As seen in The Elmore
by David K. Moseder, Tuesday, February 28th, 2012

In an effort to become a player in Brooklyn’s burgeoning music scene, The Brooklyn Music Shop made its first event a memorable one, booking Joan Osborne and friends to play the landmark Grand Prospect Hall. The acoustics of the historic ballroom proved more than adequate as the venerable Holmes Brothers opened with “Amazing Grace” and breezed through a set of R&B originals and soul-tinged pop and country covers, with Wendell Holmes (guitar), Sherman Holmes (bass) and Popsy Dixon (drums) trading vocals. The stage began to smolder when the trio was joined by Catherine Russell who, among other highlights, transformed “Your Cheatin’ Heart” into the smoky blues number it always wanted to be.
Osborne took charge of the second half, accompanied on the first few numbers by keyboardist Keith Cotton, with the Holmes Brothers joining the party the rest of the way. While proving once again that nobody else covers a song and makes it her own better than she does, Osborne also reached back to her debut album Relish for some dynamic originals, including a high-energy duet with Catherine Russell on “Spider Web” and a blues-flavored take on “One of Us” that came across more reverent than the original.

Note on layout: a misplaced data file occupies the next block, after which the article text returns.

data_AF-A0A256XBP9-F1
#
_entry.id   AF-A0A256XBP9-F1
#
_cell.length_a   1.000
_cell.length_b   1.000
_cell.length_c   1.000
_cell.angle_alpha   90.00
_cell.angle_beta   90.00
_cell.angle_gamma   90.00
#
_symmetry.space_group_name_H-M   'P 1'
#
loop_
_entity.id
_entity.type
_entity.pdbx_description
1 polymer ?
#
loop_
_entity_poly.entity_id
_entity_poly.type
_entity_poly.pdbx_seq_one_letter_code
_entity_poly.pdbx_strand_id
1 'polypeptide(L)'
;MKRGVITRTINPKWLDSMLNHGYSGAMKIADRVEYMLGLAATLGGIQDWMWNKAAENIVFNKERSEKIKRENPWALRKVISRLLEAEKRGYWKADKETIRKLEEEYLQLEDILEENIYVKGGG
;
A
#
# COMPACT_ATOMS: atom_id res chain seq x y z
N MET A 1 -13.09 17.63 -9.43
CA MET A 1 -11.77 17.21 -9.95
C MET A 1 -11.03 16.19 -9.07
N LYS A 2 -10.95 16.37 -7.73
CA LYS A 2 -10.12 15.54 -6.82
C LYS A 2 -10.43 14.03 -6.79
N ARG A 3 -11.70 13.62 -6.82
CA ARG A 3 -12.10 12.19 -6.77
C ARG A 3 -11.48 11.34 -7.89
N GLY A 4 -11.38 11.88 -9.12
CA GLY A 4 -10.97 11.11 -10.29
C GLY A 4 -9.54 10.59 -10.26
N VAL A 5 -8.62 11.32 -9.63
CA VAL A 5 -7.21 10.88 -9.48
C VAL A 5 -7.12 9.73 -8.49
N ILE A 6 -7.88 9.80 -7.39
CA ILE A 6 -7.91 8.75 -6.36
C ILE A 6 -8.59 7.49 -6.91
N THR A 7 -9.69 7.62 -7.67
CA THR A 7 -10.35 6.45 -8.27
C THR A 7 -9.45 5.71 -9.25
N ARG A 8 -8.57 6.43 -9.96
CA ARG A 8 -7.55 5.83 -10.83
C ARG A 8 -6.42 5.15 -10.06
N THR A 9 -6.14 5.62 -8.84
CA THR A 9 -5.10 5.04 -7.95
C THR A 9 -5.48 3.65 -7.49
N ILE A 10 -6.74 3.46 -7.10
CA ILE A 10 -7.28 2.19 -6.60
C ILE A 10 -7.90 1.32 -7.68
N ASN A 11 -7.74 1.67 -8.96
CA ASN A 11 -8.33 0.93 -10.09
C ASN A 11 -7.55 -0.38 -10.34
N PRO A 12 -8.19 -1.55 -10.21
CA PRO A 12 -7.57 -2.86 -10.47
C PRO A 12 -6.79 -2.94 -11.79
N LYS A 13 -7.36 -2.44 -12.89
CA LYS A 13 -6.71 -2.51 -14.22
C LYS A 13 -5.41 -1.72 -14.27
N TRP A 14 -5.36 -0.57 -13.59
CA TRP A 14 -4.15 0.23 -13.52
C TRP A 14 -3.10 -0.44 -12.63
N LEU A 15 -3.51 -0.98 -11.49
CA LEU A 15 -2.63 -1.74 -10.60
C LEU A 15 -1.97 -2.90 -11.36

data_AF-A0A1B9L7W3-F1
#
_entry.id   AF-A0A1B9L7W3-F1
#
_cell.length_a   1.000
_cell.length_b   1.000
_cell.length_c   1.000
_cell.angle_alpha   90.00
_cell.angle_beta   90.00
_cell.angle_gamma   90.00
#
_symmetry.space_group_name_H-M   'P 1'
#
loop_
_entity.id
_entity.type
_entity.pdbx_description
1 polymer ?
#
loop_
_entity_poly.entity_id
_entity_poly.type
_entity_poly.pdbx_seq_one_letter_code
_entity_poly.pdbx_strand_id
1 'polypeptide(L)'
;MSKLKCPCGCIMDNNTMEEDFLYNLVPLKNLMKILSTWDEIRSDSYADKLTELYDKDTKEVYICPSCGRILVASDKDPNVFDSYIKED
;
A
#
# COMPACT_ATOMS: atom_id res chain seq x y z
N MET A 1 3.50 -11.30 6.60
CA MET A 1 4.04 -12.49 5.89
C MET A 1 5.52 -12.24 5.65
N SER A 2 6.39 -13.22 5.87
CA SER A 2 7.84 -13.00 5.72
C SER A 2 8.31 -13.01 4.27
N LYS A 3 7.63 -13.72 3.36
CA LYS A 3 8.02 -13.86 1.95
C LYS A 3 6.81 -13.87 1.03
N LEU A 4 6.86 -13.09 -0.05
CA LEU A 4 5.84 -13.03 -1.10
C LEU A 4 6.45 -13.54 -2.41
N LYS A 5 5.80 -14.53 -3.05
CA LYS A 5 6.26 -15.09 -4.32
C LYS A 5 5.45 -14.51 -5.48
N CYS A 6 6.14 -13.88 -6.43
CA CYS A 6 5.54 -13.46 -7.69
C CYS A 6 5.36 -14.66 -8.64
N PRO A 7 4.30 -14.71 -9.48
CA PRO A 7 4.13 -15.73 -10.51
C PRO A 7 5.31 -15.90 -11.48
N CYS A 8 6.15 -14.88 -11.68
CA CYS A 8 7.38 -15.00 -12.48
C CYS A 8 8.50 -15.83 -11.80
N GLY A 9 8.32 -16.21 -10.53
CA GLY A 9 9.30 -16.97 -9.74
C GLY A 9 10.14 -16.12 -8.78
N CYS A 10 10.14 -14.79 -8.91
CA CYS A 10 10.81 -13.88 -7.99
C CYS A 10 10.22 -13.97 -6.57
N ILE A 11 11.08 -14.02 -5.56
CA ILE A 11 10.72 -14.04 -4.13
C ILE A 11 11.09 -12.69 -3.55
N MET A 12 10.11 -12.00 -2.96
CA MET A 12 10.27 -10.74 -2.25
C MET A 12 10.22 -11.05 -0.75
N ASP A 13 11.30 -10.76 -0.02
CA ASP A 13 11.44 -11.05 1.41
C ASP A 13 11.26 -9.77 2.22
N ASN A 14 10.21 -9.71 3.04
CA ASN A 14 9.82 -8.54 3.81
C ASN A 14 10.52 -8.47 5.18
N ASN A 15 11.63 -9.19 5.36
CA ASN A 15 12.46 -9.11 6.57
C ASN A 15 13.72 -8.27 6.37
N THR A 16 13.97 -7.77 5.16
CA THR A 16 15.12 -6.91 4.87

Osborne was content to share backing vocals with Russell as she turned the encores over to the Holmes Brothers. She was, perhaps, paying homage to the trio that had mentored her early in her career, and few in the audience would argue with her assessment that if there were any justice in the world, “Wendell would be on the cover of every guitar magazine.” And as the ensemble joined him on the riveting “Feed My Soul,” it was apparent that the audience’s souls had been more than well fed by the evening’s entertainment.